Republicans likely to push for budget cuts to NLRB soon

Matthew Boyle Investigative Reporter
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The National Labor Relations Board (NLRB) ranks high on the budget cut list for top House Republicans.

House Education and Workforce Committee Chairman John Kline, Minnesota Republican, is particularly concerned with some of the NLRB’s recent pro-union agenda, The Daily Caller has learned, and will take that into special consideration when it comes to what’s going to get cut from the budget in the near future. Education and Workforce’s subcommittee on Health, Employment, Labor and Pensions will conduct a hearing on Friday on “emerging trends” at the NLRB, which TheDC has learned will likely feature a broad discussion of the NLRB’s alleged power grabs.

Education and Workforce committee spokesman Brian Newell said Kline is worried about how the NLRB’s recent actions will affect workers and that the NRLB budget is on the table when it comes to budget cuts.

“Chairman Kline has pledged to take a look at every dollar being spent at the federal level and that certainly includes money spent at the NLRB,” Newell said in an e-mail to TheDC. “The chairman is also very concerned about some recent actions taken by the NLRB and their impact on workers. Moving forward, all options are on the table when it comes to protecting the rights of workers.”

One of the concerns Kline and other top Republicans have with the NLRB is that the historically politically neutral board is shifting into the advocacy realm. One thing the board is considering is shrinking the time period in which workers can educate themselves before voting in a union election. The board might also allow electronic union elections, which U.S. Chamber of Commerce labor specialist Glenn Spencer said is “cyber card check.” Card check is when labor organizers get workers to sign a card that, in most cases, counts as a vote in favor of unionization. They get workers to sign the cards by telling them a certain percentage need to be signed for a unionization vote to take place, but when organizers get enough signed cards, they can forgo a vote altogether.

Spencer said the board is also pushing to allow unions more freedom to organize small sectors of workplaces. He said Big Labor is interested in these “mini-unions” because they’re easier to organize and unions can focus on different parts of a company instead of having to go after the whole workforce at once.

“The Board is really pushing the boundaries of their legal authority in some instances and being very aggressive in expanding the scope of what they decide via case law so they shouldn’t be surprised if they’re catching the eye of appropriators and the oversight committees,” Spencer told TheDC. “I think like any agency in the federal government, we’re looking at a huge deficit and we all have to tighten our belts a little bit.”

Spencer said any NLRB budget cuts would hurt that agency worse than most others. That’s because 90 percent of the NLRB’s budget pays for staff and their expenses, and any cut would force the agency to start laying people off. “A large amount of what the NLRB handles relies on personnel, so reducing funding means less workers,” Spencer said. “Budget reduction will have a pretty significant impact.”

The NLRB had a 2010 budget of $287 million, a $20 million increase from 2009.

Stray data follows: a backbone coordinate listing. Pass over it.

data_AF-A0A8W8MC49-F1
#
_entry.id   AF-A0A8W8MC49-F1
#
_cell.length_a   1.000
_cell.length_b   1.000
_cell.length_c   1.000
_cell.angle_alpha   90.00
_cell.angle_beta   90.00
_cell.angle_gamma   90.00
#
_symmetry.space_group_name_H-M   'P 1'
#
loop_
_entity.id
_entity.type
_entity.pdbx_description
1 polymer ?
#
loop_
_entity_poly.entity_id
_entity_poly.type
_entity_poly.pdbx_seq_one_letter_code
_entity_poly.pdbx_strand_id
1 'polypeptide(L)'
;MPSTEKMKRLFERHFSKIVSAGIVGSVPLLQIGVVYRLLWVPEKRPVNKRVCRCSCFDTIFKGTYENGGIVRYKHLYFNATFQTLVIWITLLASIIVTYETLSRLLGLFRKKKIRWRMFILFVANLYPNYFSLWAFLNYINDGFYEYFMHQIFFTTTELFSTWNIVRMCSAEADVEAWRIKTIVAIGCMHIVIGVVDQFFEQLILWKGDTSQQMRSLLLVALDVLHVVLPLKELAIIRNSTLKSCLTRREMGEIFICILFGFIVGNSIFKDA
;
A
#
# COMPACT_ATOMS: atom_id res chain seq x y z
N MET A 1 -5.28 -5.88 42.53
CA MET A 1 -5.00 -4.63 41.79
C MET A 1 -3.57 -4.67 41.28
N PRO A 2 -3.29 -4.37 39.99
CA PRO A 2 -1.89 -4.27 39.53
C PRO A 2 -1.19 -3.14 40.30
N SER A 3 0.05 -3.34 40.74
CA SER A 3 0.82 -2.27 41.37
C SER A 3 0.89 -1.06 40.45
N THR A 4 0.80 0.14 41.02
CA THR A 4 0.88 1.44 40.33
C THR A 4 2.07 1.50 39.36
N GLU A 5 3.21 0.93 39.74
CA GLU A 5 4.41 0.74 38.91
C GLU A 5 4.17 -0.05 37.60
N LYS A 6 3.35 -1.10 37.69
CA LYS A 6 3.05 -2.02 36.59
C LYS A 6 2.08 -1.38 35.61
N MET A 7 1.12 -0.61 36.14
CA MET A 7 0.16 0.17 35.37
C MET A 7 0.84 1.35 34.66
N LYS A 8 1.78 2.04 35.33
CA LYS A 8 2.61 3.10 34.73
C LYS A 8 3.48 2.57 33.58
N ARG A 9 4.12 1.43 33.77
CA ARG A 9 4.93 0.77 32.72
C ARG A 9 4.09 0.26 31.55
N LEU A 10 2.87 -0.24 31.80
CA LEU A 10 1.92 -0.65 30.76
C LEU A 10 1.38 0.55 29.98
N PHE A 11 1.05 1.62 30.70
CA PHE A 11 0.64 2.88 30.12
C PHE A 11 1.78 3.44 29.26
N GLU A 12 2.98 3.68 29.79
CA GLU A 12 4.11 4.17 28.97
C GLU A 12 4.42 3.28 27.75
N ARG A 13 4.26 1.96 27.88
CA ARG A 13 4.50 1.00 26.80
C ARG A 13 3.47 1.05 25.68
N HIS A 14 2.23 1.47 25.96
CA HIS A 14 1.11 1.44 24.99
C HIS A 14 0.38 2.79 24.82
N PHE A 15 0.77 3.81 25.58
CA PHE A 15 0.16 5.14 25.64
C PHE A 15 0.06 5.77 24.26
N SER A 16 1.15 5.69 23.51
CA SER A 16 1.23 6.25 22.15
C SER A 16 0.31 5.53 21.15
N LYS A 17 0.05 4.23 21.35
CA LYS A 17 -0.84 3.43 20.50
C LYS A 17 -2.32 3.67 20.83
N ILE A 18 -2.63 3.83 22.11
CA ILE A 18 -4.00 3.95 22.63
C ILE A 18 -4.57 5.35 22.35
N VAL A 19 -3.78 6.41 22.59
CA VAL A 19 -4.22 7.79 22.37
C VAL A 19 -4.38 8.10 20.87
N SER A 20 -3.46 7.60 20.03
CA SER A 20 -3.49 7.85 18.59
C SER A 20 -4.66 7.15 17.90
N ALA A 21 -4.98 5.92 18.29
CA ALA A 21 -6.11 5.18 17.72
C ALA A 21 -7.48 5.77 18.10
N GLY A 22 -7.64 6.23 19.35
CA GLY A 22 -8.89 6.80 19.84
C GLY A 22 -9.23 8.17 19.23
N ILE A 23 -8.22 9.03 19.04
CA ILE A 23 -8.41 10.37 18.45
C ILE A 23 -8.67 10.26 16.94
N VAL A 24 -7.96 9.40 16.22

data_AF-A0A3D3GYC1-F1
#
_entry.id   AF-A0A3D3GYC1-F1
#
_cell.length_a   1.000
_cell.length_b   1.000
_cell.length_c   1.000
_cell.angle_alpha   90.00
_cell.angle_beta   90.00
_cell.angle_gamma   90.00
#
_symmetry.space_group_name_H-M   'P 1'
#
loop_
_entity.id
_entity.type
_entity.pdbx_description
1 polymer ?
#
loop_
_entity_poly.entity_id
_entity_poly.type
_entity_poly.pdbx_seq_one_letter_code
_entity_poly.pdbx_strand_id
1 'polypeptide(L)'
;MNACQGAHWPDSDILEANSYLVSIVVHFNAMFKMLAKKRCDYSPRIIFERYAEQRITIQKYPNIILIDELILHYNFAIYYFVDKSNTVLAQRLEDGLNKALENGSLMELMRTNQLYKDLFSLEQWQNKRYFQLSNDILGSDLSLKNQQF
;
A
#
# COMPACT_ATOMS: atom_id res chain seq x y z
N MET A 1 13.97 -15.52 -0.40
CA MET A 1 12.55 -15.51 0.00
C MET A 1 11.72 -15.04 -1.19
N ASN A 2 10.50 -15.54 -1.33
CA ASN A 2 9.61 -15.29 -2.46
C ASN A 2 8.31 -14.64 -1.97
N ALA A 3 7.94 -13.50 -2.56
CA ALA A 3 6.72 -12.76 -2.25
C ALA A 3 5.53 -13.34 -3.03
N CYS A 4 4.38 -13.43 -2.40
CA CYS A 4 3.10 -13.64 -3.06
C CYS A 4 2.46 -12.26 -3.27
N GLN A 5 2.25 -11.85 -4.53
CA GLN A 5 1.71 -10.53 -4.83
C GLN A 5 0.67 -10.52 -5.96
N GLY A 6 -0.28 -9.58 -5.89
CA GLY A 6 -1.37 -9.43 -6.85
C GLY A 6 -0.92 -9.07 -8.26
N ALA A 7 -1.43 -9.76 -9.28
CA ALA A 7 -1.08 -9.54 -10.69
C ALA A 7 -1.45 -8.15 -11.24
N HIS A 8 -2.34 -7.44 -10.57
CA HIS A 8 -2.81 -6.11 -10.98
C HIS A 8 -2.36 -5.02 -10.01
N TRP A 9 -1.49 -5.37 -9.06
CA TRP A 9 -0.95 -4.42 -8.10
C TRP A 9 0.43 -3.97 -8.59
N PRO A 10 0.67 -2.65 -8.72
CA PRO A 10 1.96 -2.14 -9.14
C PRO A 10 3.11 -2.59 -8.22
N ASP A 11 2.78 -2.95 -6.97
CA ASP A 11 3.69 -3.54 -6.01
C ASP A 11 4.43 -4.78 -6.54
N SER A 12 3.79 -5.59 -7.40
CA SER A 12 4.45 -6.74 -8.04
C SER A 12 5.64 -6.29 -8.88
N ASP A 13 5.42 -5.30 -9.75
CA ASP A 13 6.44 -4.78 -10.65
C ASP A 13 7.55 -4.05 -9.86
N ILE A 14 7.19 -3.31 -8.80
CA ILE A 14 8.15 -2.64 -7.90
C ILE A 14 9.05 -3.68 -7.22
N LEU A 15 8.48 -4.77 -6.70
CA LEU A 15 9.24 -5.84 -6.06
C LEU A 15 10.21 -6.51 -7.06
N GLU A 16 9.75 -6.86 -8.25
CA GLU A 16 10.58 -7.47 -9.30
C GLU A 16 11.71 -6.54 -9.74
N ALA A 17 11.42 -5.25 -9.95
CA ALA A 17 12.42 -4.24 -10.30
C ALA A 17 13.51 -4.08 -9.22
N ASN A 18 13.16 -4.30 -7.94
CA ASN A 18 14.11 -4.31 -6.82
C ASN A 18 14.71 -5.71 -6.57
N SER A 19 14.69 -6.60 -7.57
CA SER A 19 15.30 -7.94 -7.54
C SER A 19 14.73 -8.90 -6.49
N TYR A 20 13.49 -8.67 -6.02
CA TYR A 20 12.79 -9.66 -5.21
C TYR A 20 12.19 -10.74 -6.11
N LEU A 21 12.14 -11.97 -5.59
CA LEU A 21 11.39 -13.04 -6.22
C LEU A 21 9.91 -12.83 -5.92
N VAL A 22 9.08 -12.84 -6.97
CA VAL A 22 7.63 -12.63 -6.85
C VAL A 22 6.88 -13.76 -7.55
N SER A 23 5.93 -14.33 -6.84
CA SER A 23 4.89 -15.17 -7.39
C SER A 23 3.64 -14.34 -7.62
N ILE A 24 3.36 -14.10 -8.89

Workforce Fairness Institute executive director Katie Gage said what the NLRB has already done – threatening lawsuits against South Dakota, South Carolina, Utah and Arizona for ensuring workers are allowed secret ballots for union elections – is only a precursor of what’s to come with the NLRB in the near future.

“We’re not really focused on where they’ve gone because they haven’t done that much lately,” Gage told TheDC. “They’ve been a fairly neutered agency for a long, long period of time. The thing that has us worried is what they’ve hinted at what they’re going to do.”

Another concern of the NLRB’s critics is what they see as the growing influence on the board of Craig Becker, the former top AFL-CIO and SEIU lawyer currently serving as the result of a recess appointment by President Barack Obama. Gage said Becker’s influence on the board is increasing and even if the Senate doesn’t confirm him this time around, he gets to serve through the end of the year. She said the NLRB will “prey” on small business owners and on job creators on behalf of the unions with the sole goal of organizing more workers.

Spencer said another way to cut the NLRB’s power is to attach strings to the agency’s appropriated funds. Basically, these strings, or “appropriations riders,” restrict the NLRB from spending any of its money on a specific purpose, usually a new “rule” the agency would be pushing.

House Republicans wouldn’t, however, likely be able to stick riders in regarding the number or types of cases the NLRB can hear, which is where the agency gets a substantial amount of power. The board can project broad policy from narrow case decisions.

That’s the reason why the NLRB budget needs to be cut back and its powers needs to be limited, said Rick Manning from Americans for Limited Government.

“It’s our hope that the National Labor Relations Board will be precluded from taking legal action against the four states which guarantee their citizens secret ballot elections in their Constitutions,” Manning said in a phone interview. “The NLRB is becoming an activist agency on behalf of organized labor. Budget cuts would return them to their rightful place as a neutral arbiter instead of as an advocate.”

The first appropriations cuts could be released publicly as soon as Thursday.